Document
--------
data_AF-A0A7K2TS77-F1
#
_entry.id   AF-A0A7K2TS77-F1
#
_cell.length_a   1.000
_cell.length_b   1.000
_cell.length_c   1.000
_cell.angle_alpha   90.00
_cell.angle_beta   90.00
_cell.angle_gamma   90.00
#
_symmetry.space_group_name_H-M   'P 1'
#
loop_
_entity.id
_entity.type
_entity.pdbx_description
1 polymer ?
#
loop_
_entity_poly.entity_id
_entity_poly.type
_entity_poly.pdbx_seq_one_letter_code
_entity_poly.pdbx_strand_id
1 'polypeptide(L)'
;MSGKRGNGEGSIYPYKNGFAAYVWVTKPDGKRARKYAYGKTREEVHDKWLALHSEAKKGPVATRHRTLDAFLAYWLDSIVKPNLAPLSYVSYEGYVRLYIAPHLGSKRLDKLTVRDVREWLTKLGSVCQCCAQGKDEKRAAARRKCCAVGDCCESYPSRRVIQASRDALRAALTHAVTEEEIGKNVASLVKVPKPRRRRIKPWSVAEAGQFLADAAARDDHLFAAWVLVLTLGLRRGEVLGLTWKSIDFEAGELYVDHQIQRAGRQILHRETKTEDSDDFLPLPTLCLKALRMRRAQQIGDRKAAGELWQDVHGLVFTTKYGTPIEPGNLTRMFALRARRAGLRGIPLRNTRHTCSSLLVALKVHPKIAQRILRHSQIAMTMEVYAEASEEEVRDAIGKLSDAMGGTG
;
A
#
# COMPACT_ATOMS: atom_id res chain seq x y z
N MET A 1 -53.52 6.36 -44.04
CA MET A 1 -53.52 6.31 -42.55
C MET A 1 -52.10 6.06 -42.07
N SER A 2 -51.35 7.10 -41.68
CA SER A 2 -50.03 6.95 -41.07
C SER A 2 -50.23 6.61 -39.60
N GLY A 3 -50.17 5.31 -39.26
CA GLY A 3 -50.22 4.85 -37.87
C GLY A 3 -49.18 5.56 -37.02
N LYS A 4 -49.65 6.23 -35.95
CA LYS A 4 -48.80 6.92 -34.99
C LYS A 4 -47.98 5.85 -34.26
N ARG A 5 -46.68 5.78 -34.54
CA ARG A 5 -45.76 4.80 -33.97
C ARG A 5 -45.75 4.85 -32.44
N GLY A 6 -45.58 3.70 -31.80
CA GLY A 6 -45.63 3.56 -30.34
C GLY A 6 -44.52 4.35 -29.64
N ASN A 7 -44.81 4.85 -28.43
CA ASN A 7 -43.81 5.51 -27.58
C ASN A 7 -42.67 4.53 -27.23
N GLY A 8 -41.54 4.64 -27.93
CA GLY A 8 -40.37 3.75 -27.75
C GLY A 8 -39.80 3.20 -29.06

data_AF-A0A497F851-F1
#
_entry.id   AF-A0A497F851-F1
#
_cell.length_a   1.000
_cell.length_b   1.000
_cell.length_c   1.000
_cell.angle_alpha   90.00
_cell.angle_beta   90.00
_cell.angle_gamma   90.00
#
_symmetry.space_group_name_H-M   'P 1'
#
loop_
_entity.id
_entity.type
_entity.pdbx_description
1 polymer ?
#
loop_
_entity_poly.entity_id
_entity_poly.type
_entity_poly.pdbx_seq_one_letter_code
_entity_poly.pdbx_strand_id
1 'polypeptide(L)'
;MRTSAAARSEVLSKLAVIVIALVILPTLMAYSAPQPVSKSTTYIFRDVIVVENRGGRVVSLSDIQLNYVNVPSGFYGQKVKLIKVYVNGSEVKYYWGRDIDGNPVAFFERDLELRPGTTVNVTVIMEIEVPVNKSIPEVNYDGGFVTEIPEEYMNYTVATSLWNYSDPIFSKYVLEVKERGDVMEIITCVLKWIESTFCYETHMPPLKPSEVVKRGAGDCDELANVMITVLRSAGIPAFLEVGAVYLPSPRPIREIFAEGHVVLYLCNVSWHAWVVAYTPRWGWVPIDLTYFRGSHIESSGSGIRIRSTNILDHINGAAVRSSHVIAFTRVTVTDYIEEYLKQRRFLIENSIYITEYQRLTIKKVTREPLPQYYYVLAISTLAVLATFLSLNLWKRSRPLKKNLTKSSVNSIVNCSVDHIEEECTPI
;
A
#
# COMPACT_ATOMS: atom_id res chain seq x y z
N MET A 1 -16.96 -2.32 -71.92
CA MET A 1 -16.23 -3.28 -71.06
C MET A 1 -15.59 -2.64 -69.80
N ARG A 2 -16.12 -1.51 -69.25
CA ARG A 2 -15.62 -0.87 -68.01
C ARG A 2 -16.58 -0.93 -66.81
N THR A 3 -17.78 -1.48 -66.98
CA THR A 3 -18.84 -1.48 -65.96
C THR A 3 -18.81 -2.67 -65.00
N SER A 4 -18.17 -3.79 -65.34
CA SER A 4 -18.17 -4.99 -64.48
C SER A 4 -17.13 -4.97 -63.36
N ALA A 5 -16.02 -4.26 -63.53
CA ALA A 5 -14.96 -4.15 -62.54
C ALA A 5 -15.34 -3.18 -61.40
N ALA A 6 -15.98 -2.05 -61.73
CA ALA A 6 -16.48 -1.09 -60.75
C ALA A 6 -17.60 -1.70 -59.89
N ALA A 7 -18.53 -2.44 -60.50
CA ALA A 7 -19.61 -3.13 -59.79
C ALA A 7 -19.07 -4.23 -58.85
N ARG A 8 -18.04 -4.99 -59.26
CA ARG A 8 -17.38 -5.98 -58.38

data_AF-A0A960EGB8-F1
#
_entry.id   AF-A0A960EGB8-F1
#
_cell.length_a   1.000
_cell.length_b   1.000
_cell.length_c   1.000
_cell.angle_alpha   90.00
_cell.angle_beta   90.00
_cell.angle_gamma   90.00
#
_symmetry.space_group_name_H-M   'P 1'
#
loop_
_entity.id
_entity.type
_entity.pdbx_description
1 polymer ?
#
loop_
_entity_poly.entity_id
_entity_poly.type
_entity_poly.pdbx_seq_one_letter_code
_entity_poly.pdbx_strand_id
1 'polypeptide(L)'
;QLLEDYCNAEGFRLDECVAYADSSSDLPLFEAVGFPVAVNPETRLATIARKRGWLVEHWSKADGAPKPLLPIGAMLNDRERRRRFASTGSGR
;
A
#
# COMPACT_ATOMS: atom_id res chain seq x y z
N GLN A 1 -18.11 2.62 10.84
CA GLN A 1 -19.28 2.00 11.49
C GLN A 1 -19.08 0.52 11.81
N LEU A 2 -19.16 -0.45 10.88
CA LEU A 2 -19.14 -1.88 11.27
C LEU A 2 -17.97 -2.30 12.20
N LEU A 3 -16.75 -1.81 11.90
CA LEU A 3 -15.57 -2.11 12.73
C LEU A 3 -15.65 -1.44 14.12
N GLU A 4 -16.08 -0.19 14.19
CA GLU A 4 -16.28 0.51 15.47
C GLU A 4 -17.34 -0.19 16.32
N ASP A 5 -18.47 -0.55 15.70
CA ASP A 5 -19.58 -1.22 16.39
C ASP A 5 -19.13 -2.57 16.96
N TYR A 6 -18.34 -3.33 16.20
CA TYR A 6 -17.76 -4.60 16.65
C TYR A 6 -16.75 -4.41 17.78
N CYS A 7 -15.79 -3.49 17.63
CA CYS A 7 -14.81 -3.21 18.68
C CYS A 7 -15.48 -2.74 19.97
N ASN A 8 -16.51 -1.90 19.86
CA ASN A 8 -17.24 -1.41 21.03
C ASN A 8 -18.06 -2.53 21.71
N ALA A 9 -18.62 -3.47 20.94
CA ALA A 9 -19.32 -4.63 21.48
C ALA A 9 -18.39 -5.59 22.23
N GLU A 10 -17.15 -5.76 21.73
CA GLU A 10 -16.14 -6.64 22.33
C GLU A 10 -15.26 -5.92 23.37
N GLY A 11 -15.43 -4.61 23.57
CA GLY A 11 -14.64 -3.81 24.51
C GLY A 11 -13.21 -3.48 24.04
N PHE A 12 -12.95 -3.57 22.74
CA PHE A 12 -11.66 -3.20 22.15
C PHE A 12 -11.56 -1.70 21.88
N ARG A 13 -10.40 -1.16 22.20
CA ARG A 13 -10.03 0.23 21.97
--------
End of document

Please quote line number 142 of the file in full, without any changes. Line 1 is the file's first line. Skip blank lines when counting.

CA LEU A 2 -19.14 -1.88 11.27